Prices fell by 1.7 per cent month-on-month in May after seasonal adjustment, making it the largest monthly fall since February 2009.
The annual rate of house price growth also slowed as a result, to 1.8 per cent from 3.7 per cent in April.
Robert Gardner, chief economist at Nationwide, said housing market activity had “slowed sharply” as a result of measures implemented to control the spread of coronavirus.
He said: “In the opening months of 2020, before the pandemic struck the UK, the housing market had been steadily gathering momentum.
"Activity levels and price growth were edging up thanks to continued robust labour market conditions, low borrowing costs and a more stable political backdrop following the general election.
“But housing market activity has slowed sharply as a result of the measures implemented to control the spread of the virus.
"Indeed, data from HMRC showed that residential property transactions were down 53 per cent in April compared with the same month in 2019."
|Monthly change (seasonally adjusted)||-1.7%||0.9%|
|Average price (not seasonally adjusted)||£218,902||£222,915|
The property market was effectively closed for seven weeks as a result of the lockdown until last month the government announced that anyone in England could move home under new coronavirus guidance.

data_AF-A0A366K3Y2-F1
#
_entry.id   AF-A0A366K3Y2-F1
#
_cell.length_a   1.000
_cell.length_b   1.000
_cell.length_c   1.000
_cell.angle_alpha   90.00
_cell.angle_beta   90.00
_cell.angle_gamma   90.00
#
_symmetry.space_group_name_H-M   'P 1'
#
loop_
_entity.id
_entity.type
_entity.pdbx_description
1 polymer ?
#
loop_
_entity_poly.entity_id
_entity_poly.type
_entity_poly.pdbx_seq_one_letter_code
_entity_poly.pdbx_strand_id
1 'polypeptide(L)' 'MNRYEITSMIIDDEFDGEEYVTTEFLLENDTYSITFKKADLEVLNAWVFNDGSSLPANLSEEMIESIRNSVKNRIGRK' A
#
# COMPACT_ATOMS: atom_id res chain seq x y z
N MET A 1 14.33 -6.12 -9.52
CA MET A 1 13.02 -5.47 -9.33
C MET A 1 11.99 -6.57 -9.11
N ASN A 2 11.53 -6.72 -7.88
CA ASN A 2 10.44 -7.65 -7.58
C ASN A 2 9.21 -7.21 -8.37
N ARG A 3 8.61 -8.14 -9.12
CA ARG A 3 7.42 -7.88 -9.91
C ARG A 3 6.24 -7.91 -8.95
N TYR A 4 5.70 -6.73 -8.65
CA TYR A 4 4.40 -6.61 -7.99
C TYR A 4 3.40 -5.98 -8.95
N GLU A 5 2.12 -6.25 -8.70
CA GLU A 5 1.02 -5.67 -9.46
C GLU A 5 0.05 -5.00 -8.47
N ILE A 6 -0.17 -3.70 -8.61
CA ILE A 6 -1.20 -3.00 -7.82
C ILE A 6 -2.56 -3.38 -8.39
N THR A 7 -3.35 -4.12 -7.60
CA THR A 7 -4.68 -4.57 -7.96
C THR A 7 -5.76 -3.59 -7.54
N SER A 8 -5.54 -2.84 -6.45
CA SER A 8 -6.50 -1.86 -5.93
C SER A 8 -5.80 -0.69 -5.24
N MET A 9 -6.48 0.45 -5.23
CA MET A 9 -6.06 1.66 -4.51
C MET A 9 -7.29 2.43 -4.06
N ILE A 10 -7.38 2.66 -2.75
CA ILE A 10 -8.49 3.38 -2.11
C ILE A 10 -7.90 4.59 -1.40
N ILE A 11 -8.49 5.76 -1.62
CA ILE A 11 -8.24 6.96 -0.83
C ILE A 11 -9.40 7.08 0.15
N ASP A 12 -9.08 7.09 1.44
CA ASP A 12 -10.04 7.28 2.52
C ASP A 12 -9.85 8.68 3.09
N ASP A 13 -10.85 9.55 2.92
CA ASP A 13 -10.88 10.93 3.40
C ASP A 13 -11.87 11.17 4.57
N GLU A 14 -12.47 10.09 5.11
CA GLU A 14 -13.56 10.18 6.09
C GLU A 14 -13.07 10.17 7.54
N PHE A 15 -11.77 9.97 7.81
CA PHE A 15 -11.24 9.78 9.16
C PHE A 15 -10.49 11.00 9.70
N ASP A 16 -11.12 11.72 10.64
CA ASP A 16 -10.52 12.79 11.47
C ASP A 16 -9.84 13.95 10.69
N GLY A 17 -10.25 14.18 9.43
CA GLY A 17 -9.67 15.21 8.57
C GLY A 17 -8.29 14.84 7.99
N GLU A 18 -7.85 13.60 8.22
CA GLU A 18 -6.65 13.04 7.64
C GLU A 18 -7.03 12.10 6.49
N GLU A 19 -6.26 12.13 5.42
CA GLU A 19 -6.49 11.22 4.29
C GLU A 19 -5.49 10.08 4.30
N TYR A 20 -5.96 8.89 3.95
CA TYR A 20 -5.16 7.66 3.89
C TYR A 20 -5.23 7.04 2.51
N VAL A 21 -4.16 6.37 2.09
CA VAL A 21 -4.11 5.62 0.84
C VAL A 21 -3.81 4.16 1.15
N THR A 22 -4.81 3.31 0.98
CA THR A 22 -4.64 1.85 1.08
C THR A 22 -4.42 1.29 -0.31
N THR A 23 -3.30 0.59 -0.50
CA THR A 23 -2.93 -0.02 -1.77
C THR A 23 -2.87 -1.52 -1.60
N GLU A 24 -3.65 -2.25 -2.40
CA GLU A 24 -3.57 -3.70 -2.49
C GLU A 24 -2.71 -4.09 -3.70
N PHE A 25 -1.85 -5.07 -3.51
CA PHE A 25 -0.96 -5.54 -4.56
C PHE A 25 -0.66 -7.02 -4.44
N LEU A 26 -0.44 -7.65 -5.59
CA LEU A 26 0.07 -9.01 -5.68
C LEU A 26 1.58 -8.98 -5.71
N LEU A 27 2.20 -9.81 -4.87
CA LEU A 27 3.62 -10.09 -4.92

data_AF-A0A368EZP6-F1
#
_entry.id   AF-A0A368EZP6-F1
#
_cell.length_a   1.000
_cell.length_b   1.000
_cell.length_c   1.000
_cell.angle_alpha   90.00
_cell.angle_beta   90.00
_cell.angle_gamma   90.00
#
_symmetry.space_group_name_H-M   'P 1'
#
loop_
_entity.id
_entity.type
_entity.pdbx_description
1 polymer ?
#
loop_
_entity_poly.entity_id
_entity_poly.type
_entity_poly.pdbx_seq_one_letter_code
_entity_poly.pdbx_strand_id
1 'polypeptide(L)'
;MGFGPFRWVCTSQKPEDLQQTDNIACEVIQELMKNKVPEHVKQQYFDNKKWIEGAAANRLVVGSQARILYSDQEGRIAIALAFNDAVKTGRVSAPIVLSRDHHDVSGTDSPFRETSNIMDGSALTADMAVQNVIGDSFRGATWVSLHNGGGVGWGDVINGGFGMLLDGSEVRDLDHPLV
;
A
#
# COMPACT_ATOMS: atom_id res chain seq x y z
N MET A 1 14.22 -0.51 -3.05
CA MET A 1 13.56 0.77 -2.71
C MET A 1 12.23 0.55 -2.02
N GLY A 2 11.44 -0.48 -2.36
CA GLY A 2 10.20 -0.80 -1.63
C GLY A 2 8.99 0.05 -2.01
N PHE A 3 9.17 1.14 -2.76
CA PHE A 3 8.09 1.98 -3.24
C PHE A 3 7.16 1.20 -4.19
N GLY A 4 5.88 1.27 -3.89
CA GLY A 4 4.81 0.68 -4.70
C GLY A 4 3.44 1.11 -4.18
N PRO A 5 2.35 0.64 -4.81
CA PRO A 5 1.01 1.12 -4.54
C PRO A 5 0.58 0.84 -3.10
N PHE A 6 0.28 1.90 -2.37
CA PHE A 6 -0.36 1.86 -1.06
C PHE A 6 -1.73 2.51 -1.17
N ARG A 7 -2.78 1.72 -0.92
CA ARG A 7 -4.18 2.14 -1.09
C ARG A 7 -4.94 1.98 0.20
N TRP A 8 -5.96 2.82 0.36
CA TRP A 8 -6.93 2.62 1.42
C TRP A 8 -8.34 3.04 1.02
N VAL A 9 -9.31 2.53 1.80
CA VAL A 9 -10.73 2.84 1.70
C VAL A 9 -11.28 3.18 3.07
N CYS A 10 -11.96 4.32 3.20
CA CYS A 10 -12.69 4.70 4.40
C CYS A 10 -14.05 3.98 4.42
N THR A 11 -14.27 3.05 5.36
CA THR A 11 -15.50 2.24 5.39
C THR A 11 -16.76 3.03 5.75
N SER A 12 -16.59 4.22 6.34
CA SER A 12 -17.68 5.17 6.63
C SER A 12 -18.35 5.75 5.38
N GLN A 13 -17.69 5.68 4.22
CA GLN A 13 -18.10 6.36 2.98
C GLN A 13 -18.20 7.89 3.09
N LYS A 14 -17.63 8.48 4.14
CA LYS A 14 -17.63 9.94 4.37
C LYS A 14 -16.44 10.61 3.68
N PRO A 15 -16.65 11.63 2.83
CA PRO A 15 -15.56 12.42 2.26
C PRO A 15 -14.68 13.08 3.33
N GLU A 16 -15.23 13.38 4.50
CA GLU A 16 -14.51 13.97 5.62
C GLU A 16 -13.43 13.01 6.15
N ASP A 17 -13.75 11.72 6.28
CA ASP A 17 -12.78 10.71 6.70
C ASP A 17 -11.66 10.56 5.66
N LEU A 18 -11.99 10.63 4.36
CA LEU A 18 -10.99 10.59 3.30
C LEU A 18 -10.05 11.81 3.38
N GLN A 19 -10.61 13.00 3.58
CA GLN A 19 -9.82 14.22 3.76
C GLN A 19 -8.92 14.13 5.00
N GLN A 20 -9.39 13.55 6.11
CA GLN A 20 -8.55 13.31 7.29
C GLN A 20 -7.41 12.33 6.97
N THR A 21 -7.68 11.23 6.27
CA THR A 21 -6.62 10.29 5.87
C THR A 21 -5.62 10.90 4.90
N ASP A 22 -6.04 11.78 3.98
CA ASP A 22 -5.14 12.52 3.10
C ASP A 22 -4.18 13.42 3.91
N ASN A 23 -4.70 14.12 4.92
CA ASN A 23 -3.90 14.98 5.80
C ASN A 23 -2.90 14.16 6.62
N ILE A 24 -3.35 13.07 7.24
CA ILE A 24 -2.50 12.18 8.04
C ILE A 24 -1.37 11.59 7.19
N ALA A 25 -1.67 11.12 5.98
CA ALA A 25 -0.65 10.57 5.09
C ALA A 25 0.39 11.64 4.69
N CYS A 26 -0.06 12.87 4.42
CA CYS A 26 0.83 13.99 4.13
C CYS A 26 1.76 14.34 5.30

James Forrester, managing director of estate agent Barrows and Forrester, said he believed the figures showed a "lockdown inspired blip" rather than the beginning of a market decline.
He said: “Yes, this is the largest monthly fall in over a decade and many will seize on this opportunity to prophesize the end of the market, however, this simply isn’t what we’re seeing on the ground.
“The market all but stopped dead overnight when the lockdown was imposed and so a [1.7 per cent fall] could arguably be viewed as a positive, all things considered.
"Since it’s reopened, estate agents and portal sites are reporting high levels of traffic, enquiries, viewings and sales. Activity that bodes very well for the future.”
Similarly, Tomer Aboody, director of property lender MT Finance, said he was not surprised by the data, which he called "artificial numbers".
He said: "It’s not a fair reflection of the market and sentiment but purely a result of necessary measures taken by the government to deal with the pandemic.
“Once lockdown is over, would-be buyers should regain their confidence to move."
However, he said a stimulus from the government had to happen to support the market's return. He suggested this could be in the form of a reduction of stamp duty or its removal for some months.